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midtownguy70 t1_iu8yry1 wrote

Cool but old and missing a lot of prominent new skyscrapers. Hudson Yards in this shot has only one building near completion. It's a whole cluster now. 57th is missing several supertalls as well. The Queens and Brooklyn waterfronts are much more developed now. Also missing One Vanderbilt and Downtown Brooklyn is more built up now. Amazing how much development happened since this was captured.


JaredSeth t1_iu8zwho wrote

> Amazing how much development happened since this was captured.

In just 6 years. The satellite image is from 2016. You can see it among the photos on this page.


functor7 t1_iu9fbvn wrote

People complain about the super-thins as being ugly, but Hudson Yards is the most boring and grotesque group of skyscrapers in the city.


99hoglagoons t1_iu9gkfn wrote

This is a topic Jane Jacobs covered extensively. A successful neighborhood has to have a mix of old and new buildings. This is going to be a challenge when you are creating neighborhoods from scratch. See Canary Wharf in London or La Defense in Paris. Same energy as Hudson Yards. They all feel eerily detached from rest of the city.


midtownguy70 t1_iu9mskd wrote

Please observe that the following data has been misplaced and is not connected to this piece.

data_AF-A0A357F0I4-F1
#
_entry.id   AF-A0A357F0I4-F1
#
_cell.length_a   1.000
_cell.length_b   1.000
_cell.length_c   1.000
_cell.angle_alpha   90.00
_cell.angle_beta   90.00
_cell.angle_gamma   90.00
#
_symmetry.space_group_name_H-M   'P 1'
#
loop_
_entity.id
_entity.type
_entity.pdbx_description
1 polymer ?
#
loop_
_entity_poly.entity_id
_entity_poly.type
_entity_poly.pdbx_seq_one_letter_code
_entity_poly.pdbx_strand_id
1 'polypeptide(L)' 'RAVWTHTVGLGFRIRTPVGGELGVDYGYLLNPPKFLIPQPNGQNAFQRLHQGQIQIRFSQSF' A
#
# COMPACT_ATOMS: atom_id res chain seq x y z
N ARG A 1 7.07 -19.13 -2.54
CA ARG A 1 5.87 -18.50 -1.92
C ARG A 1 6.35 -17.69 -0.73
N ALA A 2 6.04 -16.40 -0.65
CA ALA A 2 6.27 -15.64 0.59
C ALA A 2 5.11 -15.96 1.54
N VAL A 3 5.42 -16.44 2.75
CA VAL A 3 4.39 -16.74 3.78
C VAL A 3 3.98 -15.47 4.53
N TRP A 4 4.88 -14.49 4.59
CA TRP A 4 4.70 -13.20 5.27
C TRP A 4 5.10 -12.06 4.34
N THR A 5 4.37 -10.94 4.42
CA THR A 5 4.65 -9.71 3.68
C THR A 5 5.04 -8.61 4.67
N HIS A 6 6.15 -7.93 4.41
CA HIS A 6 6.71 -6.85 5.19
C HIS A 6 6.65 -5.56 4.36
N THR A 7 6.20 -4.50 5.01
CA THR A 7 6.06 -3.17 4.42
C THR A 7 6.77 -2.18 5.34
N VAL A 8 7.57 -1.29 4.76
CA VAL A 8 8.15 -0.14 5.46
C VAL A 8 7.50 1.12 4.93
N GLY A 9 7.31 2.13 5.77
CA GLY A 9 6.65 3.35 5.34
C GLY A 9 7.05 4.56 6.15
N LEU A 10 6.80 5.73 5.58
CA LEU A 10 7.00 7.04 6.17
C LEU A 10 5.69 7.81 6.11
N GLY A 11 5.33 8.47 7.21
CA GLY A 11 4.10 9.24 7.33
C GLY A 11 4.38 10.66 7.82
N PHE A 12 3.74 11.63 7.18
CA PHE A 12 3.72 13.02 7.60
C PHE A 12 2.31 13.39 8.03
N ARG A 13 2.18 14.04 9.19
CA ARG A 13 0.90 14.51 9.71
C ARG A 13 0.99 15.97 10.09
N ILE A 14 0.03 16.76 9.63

A big part of the problem is the way big new buildings are designed at street level.

Retail footprints are large and tend to be rented to chain stores and sterile uses like bank branches- especially all of the prominent corner locations. It creates a feeling of boredom and sameness. The retail spaces face the sidewalk with mostly flat panels of glass and no appearance of individuality or interesting human sized features, no awnings or much of anything protruding or creating semi-protected space for outdoor activity. No variety of scale.

Often, one or two sides of a whole block are designed with dead zones that are nothing but loading docks, service zones and mechanical spaces.

Food is relegated to indoor "food courts" (often in windowless basements of all places), or everyone is eating out of trucks (but lots of coffee coffee coffee shops). Stick an "art gallery" here or there with colorful non-threatening works that the people in the adjacent new condos can match with a sofa. Instant "culture".

Plazas and public spaces are nicely planted but usually lack amenities beyond a few benches, if we're lucky. Open expanses offering little incentive to linger there. These neighborhoods from scratch could easily be designed to be more inviting and charming. A place like Hudson Yards provides locals with very few reasons to ever return, after a first curious walk through.


99hoglagoons t1_iu9rmru wrote

This is an excellent architectural critique of folly of developer maximized modern design. I have worked on projects that have a "better base". More human scaled. But this often requires giving up square footage above, and no developer in NYC is gonna do that. Every inch counts when it comes to leasable space. You end up with flat rectangles poking into the sky. You can't even add interesting awnings or similar elements because you are already up to the property line. Zoning laws are not written by people who are design inclined. But if you had no zoning, results would be even worse.


JTP1228 t1_iuacsvr wrote

Not to mention this picture isn't even all of NYC. It 3 Boroughs and NJ